Multiple sclerosis (MS), a neuroinflammatory disease, has few treatment options, none entirely adequate. We studied whether prolonged electrical microstimulation of a hindbrain region (the nucleus raphe magnus) can attenuate experimental autoimmune encephalomyelitis, a murine model of MS induced by MOG35-55 injection. Eight days after symptoms emerged, a wireless electrical stimulator with an attached microelectrode was implanted cranially, and daily intermittent stimulation was begun in awake, unrestrained mice. The thoracic spinal cord was analyzed for changes in histology (on day 29) and gene expression (on day 37), with a focus on myelination and cytokine production. Controls, with inactive implants, showed a phase of disease exacerbation on days 19–25 that stimulation for >16 days eliminated. Prolonged stimulation also reduced numbers of infiltrating immune cells and increased numbers of myelinated axons. It additionally lowered genetic expression of some pro-inflammatory cytokines (interferon gamma and tumor necrosis factor) and platelet-derived growth factor receptor alpha, a marker of oligodendrocyte precursors, while raising expression of myelin basic protein. Studies of restorative treatments for MS might profitably consider ways to stimulate the raphe magnus, directly or via its inputs, or to emulate its serotonergic and peptidergic output.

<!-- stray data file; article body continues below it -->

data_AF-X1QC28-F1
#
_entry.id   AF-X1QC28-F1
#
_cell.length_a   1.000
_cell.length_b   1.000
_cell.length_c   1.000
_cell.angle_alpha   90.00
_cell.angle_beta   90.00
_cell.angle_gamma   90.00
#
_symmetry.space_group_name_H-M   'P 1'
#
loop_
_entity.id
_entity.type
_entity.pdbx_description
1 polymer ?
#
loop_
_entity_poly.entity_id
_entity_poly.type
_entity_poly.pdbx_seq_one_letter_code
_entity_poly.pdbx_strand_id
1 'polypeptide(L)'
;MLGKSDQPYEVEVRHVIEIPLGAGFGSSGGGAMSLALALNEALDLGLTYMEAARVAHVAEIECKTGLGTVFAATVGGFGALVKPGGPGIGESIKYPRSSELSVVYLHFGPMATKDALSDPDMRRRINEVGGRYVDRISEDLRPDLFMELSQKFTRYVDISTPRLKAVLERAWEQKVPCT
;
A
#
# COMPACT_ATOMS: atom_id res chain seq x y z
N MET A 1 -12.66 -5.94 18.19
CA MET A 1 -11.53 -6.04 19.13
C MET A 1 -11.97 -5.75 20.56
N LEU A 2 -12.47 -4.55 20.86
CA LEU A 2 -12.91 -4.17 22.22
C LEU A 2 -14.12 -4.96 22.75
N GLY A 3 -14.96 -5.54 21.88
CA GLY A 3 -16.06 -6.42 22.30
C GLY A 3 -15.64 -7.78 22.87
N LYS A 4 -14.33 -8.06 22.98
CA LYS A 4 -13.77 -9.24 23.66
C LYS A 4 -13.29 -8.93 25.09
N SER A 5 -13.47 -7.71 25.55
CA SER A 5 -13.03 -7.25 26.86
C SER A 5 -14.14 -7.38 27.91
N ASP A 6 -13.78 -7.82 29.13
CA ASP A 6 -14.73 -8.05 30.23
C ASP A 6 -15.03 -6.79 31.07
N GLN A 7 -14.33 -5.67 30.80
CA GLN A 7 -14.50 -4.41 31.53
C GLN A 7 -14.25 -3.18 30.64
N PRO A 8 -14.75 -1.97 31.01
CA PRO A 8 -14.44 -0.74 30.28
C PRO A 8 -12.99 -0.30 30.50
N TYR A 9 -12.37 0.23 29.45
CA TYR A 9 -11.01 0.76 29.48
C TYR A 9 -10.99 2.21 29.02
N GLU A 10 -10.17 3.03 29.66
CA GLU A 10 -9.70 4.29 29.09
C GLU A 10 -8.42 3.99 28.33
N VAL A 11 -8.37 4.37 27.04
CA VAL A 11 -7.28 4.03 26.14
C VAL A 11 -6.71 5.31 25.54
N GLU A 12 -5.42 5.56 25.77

|Original language||English (US)|
|Number of pages||8|
|State||Published - Mar 27 2017|
- deep brain stimulation
- multiple sclerosis
- nucleus raphe magnus
ASJC Scopus subject areas